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Is there a file type or method for using files in which certain files look and behave like symbolically linked files, but contain extra meta information for changing the data when they are read?

For example:
If I have a file called hello-world.txt, and I build a symbolically linked file pointing to it,

ln -s /path/to/hello-world.txt /path/to/symlink

I can not change the contents of the symlink without changing hello-world.txt, as well as changing all of the other files that point to hello-world.txt. I realize that symbolically/hard linked files are suppose to remain the same(because they are the same file in a sense), but it would be great, if I could write a file that references a particular file, and then also provides change details that get applied every time the file is read.

I tried to create my own file type using plain text that looked like this:

/path/to/file/being/referenced
change statement
change statement
...

I would then give these files their own file extension and mime type, and create an intermediate program to redirect to the referenced file, and basically try to mimic the behavior of a symbolic link. The problem is, the file doesn't "really" reference another file, and so actually reading the file(by using the cat command, or having a c++ processor pull in the file, etc), will not get the same information back that a symbolically linked file would. I'm not sure if I can provide a hook for this kind of thing, and have a program output the correct text for whatever is reading it. Maybe something with piped files? I dunno.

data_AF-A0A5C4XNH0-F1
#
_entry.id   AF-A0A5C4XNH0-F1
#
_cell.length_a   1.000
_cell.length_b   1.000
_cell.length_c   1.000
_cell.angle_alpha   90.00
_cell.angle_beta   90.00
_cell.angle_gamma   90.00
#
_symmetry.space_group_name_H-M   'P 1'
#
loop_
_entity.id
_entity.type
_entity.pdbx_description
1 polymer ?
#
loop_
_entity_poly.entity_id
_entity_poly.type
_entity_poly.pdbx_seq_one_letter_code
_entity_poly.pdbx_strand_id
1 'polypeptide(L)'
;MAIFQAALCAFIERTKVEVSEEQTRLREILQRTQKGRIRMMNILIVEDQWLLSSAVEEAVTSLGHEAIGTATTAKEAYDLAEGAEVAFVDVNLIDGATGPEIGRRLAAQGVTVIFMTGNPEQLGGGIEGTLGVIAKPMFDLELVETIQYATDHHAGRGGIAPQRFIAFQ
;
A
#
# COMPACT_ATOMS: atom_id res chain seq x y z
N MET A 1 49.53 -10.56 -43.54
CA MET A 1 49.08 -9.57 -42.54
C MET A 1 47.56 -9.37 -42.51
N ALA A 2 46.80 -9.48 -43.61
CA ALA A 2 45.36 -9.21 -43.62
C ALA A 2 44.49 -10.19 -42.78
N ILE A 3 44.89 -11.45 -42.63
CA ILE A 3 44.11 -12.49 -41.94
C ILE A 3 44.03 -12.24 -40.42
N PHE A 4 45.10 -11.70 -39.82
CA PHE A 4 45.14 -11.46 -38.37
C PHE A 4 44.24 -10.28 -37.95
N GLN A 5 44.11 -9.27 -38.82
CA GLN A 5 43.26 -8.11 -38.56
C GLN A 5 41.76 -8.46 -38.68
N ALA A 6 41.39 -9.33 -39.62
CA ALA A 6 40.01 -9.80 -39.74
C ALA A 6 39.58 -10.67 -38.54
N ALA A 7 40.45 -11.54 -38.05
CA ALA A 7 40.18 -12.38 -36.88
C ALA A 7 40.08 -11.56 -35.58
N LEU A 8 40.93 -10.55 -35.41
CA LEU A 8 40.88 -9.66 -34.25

What would be the best way to achieve this kind of behavior on the file system?

Perhaps an analogy that best describes the kind of dynamic capabilities I want files to have, is how php files work on the web. The same file can be referenced using additional parameters, and that changes the contents of a file read by the user.

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You could maybe combine a symlink with some auditd like functionality. Do the change details need to be stored in the "symbolic link" file, or could they be stored elsewhere? –  Faheem Mitha Feb 3 at 15:00
    
@FaheemMitha they could be stored elsewhere. I'm open for any solution that is easy to maintain and provides an easy workflow. looking into "auditd" –  Trevor Hickey Feb 3 at 15:15

2 Answers 2

You might be able to build this with FUSE, or one of the overlay systems like UnionFS. I don't think it can be done without either a filesystem driver or making every program that accesses it use LD_PRELOAD hacks to modify the behaviour of read().

There are several likely implementation problems:

  • in order to apply the changes, you have to read both files and store the intermediate somehow; http://en.wikipedia.org/wiki/Rope_%28data_structure%29 may help, but what if the base file and the changes file are both several Gb in size? Also, this will stall the program that opens the file while you apply the changes.

  • what happens if the underlying file changes in such a way that the change statements no longer apply?

  • in fact, what happens if the underlying file changes at all?

  • what happens if you try to write to the patched file?

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You might be able to do something like this using patch. The "symlink" would then basically be a shellscript that reads the original and applies the patches. But I've not heard of anything ready-made that does what you want; if anyone else comes up with it I'd be very interested. Otherwise it'd be an interesting programming exercise.

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